Evolvulus glomeratus subsp. grandiflorus, Blue daze

Lantana camara ‘UF-1011-2’x, Bloomify™ Rose lantana (sterile)

Lantana camara ‘UF-1013A-2A’x, Bloomify™ Red lantana (sterile)

Lantana camara ‘UF-T3’x, UF-T3 lantana (sterile)

Lantana camara ‘UF-T4’x, UF-T4 lantana (sterile)

Rosa spp., Rose

Salvia greggii, Autumn sage

Ligustrum sinense

Chinese privet

Agarista populifolia, Florida leucothoe

Citharexylum spinosum, Fiddlewood, Florida fiddlewood

Hamelia patens, Firebush

Ilex glabra, Gallberry, inkberry

Illicium floridanum, Florida anise

Illicium parviflorum, Star anise

Itea virginica, Virginia sweetspire

Viburnum obovatum, Walter's viburnum

Aloysia virgata, Sweet almondshrub

Camellia japonica, Japanese camellia

Camellia sasanqua, Sasanqua camellia

Feijoa sellowiana, Feijoa, pineapple guava

Gardenia jasminoides, Gardenia

Ilex × 'Nellie R. Stevens', Nellie R. Stevens holly

Ilex cornuta, Chinese holly

Leucophyllum frutescens, Texas sage

Viburnum odoratissimum, Sweet viburnum

Viburnum odoratissimum var. awabuki, Awabuki viburnum

Viburnum suspensum, Sandankwa viburnum

Lonicera japonica

Japanese honeysuckle

Gelsemium sempervirens, Carolina jessamine

Lonicera sempervirens, Coral honeysuckle, trumpet honeysuckle

Callerya reticulata, Evergreen wisteria

Jasminum polyanthum, Pink jasmine

Trachelospermum jasminoides, Confederate jasmine

(See Flowering Vines for Florida ( for additional vines)

Nandina domestica (species type or wild type)

Nandina, Heavenly bamboo

Agarista populifolia, Florida leucothoe

Itea virginica, Virginia sweetspire

Nandina domestica 'Firepower'y, 'Firepower' nandina (non-fruiting)

Nandina domestica 'Gulfstream'y, 'Gulfstream' nandina (non-invasive)

Nandina domestica 'Harbour Dwarf'y, 'Harbour Dwarf' nandina (non-invasive)

Ruellia simplex

Mexican petunia

Silphium asteriscus, Starry rosinweed

Sisyrinchium angustifolium, Blue-eyed grass

Stachytarpheta jamaicensis, Blue porterweed, Jamaican snakeweed

Stokesia laevis, Stokes' aster, stokesia

Eranthemum pulchellum, Blue sage

Iris ser. Hexagonae, Louisiana iris (especially those with purple flowers)

Plectranthus spp., Plectranthus

Plumbago auriculata, Plumbago, cape leadwort

Ruellia simplex (formerly brittoniana), 'Purple Showers'y, 'Purple Showers' Mexican petunia (sterile, non-invasive by seed dispersal)

Ruellia simplex ‘R10-102’y, Mayan Purple Mexican petunia (sterile, non-invasive by seed dispersal)

Ruellia simplex ‘R10-108’y, Mayan White Mexican petunia (sterile, non-invasive by seed dispersal)

Ruellia simplex ‘R12-2-1’y, Mayan Compact Purple Mexican petunia (sterile, non-invasive by seed dispersal)

Ruellia simplex R10-105-Q54y, Mayan Pink Mexican petunia (sterile, non-invasive by seed dispersal)

Salvia × ‘Indigo Spires’, Indigo spires salvia

Salvia farinacea, Mealycup sage

Salvia leucantha, Mexican sage

Stachytarpheta mutabilis, Purple porterweed, snakeweed

Vernonia gigantea, Giant ironweed

Schinus terebinthifolius

Brazilian pepper

Citharexylum spinosum, Fiddlewood

Hamelia patens, Firebush

Hydrangea quercifolia, Oakleaf hydrangea

Ilex cassine, Dahoon holly, dahoon

Ilex vomitoria, Yaupon holly

Viburnum obovatum, Walter's viburnum

Citrus spp., Citrus

Cocculus laurifolius, Laurel-leaf snailseed, cocculus

Ilex cornuta, Chinese holly

Viburnum odoratissimum, Sweet viburnum

Viburnum odoratissimum var. awabuki, Awabuki viburnum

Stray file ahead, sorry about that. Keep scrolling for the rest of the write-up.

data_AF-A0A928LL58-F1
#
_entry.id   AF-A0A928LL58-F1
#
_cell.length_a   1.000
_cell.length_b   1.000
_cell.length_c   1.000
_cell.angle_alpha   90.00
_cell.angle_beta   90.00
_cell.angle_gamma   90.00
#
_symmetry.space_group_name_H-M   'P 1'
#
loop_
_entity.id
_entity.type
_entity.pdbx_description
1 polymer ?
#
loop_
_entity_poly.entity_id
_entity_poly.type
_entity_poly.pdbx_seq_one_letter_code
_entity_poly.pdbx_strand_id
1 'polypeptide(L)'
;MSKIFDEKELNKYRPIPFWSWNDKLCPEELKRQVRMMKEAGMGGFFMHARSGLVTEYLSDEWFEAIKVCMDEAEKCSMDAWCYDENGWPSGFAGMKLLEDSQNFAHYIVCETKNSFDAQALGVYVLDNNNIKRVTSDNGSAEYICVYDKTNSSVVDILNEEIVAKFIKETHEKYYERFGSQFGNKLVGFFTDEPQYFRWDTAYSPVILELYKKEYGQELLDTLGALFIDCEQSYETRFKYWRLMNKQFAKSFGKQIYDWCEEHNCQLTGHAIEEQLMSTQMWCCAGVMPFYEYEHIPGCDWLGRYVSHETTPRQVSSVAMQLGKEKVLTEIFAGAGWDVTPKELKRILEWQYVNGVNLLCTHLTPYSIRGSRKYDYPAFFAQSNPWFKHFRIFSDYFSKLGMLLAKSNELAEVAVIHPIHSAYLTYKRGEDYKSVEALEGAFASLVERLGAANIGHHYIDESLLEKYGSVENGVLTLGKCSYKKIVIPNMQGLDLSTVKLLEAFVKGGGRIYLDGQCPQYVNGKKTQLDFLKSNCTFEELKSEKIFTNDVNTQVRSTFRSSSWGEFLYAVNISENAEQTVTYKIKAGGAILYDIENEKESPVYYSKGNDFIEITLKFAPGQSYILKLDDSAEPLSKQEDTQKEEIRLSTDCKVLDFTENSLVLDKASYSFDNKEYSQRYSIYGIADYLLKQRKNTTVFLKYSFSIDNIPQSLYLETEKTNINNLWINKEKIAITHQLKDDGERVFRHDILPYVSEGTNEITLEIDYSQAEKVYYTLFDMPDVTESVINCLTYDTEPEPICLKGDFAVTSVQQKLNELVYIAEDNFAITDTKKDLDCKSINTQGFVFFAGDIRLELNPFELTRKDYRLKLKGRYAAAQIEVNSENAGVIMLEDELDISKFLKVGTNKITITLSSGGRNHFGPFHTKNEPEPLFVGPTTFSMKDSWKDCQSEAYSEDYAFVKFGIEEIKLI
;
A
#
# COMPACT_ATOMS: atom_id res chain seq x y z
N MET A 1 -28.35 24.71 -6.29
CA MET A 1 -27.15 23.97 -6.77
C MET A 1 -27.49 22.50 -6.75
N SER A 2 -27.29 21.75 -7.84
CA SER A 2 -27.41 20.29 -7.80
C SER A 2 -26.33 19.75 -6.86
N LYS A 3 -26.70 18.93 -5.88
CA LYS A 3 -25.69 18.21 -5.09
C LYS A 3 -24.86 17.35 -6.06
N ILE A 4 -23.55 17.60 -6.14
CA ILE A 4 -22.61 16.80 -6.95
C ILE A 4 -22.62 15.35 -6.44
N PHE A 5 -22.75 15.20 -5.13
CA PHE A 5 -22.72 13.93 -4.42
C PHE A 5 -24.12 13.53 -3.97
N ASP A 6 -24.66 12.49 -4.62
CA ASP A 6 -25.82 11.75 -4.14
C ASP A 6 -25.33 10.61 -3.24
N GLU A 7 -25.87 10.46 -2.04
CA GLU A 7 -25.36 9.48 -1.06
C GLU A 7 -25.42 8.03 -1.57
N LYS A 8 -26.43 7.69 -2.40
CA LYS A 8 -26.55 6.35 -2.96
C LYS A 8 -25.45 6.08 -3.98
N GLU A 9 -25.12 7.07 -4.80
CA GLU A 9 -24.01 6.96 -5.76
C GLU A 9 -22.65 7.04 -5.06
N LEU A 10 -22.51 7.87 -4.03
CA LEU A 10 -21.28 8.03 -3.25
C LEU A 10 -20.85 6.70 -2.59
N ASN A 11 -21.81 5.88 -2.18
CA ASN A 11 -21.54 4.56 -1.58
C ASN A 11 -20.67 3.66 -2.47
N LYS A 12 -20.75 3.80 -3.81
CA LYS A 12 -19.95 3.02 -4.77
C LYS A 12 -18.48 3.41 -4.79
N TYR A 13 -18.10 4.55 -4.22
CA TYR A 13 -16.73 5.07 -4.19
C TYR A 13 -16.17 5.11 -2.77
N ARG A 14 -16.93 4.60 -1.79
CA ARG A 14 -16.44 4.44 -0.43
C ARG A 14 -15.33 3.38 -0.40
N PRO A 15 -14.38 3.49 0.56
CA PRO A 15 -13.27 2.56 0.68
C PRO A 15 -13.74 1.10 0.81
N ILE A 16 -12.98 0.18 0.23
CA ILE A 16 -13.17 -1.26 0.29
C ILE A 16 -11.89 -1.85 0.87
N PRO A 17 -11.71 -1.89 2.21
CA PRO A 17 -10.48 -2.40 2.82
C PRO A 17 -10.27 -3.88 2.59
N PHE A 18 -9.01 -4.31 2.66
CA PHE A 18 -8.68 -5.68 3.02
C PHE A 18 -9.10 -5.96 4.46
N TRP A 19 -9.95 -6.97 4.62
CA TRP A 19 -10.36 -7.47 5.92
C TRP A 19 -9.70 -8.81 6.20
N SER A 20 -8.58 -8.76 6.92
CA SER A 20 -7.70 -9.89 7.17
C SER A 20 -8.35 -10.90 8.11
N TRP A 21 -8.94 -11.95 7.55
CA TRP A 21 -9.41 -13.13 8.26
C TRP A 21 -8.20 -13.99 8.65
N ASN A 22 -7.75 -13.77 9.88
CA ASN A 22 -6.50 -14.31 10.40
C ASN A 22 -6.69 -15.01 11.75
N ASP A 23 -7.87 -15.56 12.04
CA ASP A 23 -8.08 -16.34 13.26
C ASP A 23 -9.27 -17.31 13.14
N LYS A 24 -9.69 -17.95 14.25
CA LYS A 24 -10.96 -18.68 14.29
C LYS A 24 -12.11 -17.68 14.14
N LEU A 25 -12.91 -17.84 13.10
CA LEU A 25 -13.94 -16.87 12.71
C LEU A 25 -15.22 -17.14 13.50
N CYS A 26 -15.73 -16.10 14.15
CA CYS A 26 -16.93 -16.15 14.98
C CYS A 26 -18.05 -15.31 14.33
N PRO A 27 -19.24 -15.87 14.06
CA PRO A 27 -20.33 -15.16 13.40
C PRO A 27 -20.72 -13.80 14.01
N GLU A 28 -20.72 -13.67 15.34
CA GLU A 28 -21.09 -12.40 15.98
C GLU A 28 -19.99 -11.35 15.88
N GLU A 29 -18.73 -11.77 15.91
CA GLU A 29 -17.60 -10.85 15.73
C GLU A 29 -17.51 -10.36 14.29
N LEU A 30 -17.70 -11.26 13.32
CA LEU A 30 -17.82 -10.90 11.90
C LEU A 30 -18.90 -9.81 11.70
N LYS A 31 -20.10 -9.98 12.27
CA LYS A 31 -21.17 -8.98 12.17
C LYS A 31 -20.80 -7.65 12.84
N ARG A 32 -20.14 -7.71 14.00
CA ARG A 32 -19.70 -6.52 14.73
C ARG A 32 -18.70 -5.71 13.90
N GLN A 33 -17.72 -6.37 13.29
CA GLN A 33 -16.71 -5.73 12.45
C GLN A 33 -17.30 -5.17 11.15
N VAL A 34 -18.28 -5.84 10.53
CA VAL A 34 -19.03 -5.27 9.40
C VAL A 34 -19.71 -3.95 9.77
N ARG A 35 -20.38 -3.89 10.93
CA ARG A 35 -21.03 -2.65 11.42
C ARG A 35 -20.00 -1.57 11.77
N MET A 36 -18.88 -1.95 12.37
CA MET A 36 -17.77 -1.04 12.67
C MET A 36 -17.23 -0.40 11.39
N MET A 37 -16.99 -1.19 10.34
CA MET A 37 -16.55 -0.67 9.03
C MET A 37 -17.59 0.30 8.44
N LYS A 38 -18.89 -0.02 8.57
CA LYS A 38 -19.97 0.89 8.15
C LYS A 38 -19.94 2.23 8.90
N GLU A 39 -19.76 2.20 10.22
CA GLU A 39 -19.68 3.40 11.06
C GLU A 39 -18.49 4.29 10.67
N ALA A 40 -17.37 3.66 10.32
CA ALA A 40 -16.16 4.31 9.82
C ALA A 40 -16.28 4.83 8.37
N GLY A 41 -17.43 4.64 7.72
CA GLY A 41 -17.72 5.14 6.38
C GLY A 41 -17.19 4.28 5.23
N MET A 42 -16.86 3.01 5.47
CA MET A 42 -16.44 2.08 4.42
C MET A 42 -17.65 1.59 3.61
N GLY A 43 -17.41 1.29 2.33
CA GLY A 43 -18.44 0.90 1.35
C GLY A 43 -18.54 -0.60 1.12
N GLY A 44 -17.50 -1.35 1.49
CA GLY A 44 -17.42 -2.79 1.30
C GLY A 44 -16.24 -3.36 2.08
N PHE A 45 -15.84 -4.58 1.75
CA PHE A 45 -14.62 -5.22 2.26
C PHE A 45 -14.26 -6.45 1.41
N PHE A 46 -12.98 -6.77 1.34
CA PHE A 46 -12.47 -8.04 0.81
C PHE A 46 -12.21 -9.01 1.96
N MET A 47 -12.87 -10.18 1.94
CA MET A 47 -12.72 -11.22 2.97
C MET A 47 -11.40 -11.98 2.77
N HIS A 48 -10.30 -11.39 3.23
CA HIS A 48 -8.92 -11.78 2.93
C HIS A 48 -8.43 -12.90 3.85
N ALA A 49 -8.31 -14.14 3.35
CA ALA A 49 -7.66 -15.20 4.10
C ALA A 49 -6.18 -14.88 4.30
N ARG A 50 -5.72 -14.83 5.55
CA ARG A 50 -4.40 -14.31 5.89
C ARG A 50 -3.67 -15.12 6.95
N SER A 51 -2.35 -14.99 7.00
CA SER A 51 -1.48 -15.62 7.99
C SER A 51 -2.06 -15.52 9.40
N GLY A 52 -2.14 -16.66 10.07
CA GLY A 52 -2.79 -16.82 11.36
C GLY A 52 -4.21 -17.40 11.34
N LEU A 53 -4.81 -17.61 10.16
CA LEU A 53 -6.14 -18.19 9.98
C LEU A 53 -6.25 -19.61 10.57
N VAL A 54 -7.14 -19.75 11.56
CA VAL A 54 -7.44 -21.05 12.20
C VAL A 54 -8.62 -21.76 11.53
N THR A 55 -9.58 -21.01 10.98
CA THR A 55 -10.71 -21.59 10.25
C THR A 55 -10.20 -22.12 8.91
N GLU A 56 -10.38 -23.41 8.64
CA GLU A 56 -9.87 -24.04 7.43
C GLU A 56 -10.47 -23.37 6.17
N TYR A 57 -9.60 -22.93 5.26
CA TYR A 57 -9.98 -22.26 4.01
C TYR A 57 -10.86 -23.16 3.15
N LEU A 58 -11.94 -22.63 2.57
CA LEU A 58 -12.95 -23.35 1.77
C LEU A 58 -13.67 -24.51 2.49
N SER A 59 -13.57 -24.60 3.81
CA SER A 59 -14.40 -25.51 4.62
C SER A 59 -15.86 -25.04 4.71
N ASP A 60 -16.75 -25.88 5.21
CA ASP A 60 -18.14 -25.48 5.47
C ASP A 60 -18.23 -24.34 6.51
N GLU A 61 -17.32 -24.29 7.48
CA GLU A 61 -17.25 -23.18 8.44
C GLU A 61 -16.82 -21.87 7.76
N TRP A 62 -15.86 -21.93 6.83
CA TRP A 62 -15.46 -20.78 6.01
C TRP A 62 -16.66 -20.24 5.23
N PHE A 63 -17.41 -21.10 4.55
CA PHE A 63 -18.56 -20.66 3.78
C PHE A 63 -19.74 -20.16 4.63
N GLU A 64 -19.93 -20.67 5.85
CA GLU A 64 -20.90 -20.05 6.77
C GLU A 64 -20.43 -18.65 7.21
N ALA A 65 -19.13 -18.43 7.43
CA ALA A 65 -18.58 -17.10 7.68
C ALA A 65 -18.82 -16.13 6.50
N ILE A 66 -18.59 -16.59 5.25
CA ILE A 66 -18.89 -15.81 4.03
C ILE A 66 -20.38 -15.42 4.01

Viburnum suspensum, Sandankwa viburnum

Sphagneticola trilobata


Gaillardia pulchella, Firewheel, Indian blanket-flower

Helianthus debilis, Dune sunflower, beach sunflower

Mimosa strigillosa, Powderpuff

Phyla nodiflora, Turkey tangle, Frogfruit

Arachis glabrata, Rhizoma perennial peanut

Euryops chrysanthemoides, E. pectinatus and related species (formerly in the genus, Gamolepis), African bush daisy, daisy bush

Ipomoea purpurea, morning glory

Ipomoea batatas, Ornamental sweetpotato

Triadica sebifera

Chinese tallow tree, Popcorn tree

Acer rubrum, Red maple

Betula nigra, River birch

Lagerstroemia spp., Crapemyrtle

Vitex agnus-castus, Chastetree, vitex

zAs listed by the University of Florida/IFAS Status Assessment,

yNon-invasive cultivar derived from the invasive species as determined by the University of Florida/IFAS Infraspecific Taxon Protocol (Lieurance, Deah, S. Luke Flory and Doria R. Gordon. 2013, rev. 2016.



This document is ENH1207, one of a series of the Environmental Horticulture Department, UF/IFAS Extension. Original publication date August 2013. Revised August 2018. Reviewed August 2013. Visit the EDIS website at


Gary W. Knox, Extension specialist and professor, Environmental Horticulture Department, North Florida Research and Education Center, Quincy, FL; Sandra B. Wilson, professor, Environmental Horticulture Department, Gainesville, FL; Zhanao Deng, professor, Environmental Horticulture Department, Gulf Coast Research and Education Center, Wimauma, FL; and Rosanna Freyre, research scientist, Environmental Horticulture Department, University of Florida Institute of Food and Agricultural Sciences, Gainesville, FL, 32611.

The Institute of Food and Agricultural Sciences (IFAS) is an Equal Opportunity Institution authorized to provide research, educational information and other services only to individuals and institutions that function with non-discrimination with respect to race, creed, color, religion, age, disability, sex, sexual orientation, marital status, national origin, political opinions or affiliations. For more information on obtaining other UF/IFAS Extension publications, contact your county's UF/IFAS Extension office.

U.S. Department of Agriculture, UF/IFAS Extension Service, University of Florida, IFAS, Florida A & M University Cooperative Extension Program, and Boards of County Commissioners Cooperating. Nick T. Place, dean for UF/IFAS Extension.